Stochasticity, decoherence and an arrow of time from the discretization of time?
Certain intriguing consequences of the discreteness of time on the time evolution of dynamical systems are discussed. In the discrete-time classical mechanics proposed here, there is an arrow of time that follows from the fact that the replacement of the time derivative by the backward difference operator alone can preserve the non-negativity of the phase space density. It is seen that, even for free particles, all the degrees of freedom are correlated in principle. The forward evolution of functions of phase space variables by a finite number of time steps, in this discrete-time mechanics, depends on the entire continuous-time history in the interval [0, ∞]. In this sense, discrete time evolution is nonlocal in time from a continuous-time point of view. A corresponding quantum mechanical treatment is possible via the density matrix approach. The interference between nondegenerate quantum mechanical states decays exponentially. This decoherence is present, in principle, for all systems; however, it is of practical importance only in macroscopic systems, or in processes involving large energy changes.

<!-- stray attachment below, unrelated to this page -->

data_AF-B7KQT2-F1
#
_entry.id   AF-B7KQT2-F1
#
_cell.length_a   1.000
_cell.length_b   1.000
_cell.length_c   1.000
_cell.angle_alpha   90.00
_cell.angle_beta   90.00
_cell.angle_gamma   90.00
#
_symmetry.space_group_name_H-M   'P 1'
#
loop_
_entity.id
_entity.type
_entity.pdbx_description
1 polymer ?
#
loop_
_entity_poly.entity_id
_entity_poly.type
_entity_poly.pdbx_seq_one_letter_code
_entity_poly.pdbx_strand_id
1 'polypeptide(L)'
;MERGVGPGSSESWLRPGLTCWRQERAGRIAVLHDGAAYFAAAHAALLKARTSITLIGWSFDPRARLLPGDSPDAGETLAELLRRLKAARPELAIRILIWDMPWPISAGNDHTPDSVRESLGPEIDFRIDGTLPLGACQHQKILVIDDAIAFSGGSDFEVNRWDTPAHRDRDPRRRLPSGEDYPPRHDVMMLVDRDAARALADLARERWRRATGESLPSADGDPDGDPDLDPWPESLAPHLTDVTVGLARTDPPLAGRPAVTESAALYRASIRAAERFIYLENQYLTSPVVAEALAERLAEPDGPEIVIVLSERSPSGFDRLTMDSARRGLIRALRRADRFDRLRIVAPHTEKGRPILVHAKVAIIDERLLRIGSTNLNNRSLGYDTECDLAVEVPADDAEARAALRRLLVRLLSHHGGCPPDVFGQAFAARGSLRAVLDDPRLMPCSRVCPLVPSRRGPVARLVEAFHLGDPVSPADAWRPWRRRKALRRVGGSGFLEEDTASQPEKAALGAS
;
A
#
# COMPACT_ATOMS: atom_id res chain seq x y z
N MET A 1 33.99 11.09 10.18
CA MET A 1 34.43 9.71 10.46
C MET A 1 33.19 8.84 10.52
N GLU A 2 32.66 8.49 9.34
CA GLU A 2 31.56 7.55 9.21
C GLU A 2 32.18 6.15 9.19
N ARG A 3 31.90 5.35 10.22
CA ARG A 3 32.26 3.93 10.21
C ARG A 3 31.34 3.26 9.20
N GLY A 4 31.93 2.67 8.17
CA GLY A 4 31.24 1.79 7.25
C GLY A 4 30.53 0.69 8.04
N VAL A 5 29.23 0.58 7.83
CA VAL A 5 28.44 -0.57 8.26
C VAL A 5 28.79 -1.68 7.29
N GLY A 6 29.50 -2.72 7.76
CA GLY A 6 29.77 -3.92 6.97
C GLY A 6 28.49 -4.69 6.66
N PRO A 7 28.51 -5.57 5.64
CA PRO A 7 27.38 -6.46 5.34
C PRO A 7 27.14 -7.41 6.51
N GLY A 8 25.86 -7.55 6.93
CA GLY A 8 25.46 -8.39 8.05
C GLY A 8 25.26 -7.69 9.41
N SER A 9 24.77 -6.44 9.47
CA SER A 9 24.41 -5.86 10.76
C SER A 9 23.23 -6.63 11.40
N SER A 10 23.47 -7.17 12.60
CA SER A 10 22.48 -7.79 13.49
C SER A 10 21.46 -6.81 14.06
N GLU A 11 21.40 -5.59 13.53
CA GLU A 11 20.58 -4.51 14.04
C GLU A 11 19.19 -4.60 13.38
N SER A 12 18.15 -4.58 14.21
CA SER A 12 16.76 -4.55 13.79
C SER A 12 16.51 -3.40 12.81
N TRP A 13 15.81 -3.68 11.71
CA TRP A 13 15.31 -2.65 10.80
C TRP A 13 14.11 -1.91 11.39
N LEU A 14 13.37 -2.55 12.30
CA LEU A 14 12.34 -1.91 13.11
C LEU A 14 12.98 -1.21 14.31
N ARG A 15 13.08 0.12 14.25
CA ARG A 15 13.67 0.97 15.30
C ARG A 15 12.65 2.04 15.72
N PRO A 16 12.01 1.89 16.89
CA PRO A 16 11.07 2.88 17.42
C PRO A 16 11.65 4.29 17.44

Volume 93 | Issue 6
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